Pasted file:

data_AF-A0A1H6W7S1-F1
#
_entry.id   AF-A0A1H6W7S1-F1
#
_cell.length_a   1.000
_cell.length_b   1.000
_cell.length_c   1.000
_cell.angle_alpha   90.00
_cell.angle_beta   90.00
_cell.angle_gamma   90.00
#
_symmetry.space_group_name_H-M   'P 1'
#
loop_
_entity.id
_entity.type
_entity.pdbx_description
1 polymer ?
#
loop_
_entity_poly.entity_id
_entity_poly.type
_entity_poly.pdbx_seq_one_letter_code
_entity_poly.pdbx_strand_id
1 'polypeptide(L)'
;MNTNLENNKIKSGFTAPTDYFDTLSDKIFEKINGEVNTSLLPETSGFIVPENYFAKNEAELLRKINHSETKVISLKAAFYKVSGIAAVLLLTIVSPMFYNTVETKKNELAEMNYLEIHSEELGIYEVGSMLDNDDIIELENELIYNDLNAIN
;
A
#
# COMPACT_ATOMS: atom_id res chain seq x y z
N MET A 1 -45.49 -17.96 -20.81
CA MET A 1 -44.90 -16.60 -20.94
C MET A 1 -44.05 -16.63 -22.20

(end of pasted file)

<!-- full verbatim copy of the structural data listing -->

data_AF-A0A1H6W7S1-F1
#
_entry.id   AF-A0A1H6W7S1-F1
#
_cell.length_a   1.000
_cell.length_b   1.000
_cell.length_c   1.000
_cell.angle_alpha   90.00
_cell.angle_beta   90.00
_cell.angle_gamma   90.00
#
_symmetry.space_group_name_H-M   'P 1'
#
loop_
_entity.id
_entity.type
_entity.pdbx_description
1 polymer ?
#
loop_
_entity_poly.entity_id
_entity_poly.type
_entity_poly.pdbx_seq_one_letter_code
_entity_poly.pdbx_strand_id
1 'polypeptide(L)'
;MNTNLENNKIKSGFTAPTDYFDTLSDKIFEKINGEVNTSLLPETSGFIVPENYFAKNEAELLRKINHSETKVISLKAAFYKVSGIAAVLLLTIVSPMFYNTVETKKNELAEMNYLEIHSEELGIYEVGSMLDNDDIIELENELIYNDLNAIN
;
A
#
# COMPACT_ATOMS: atom_id res chain seq x y z
N MET A 1 -45.49 -17.96 -20.81
CA MET A 1 -44.90 -16.60 -20.94
C MET A 1 -44.05 -16.63 -22.20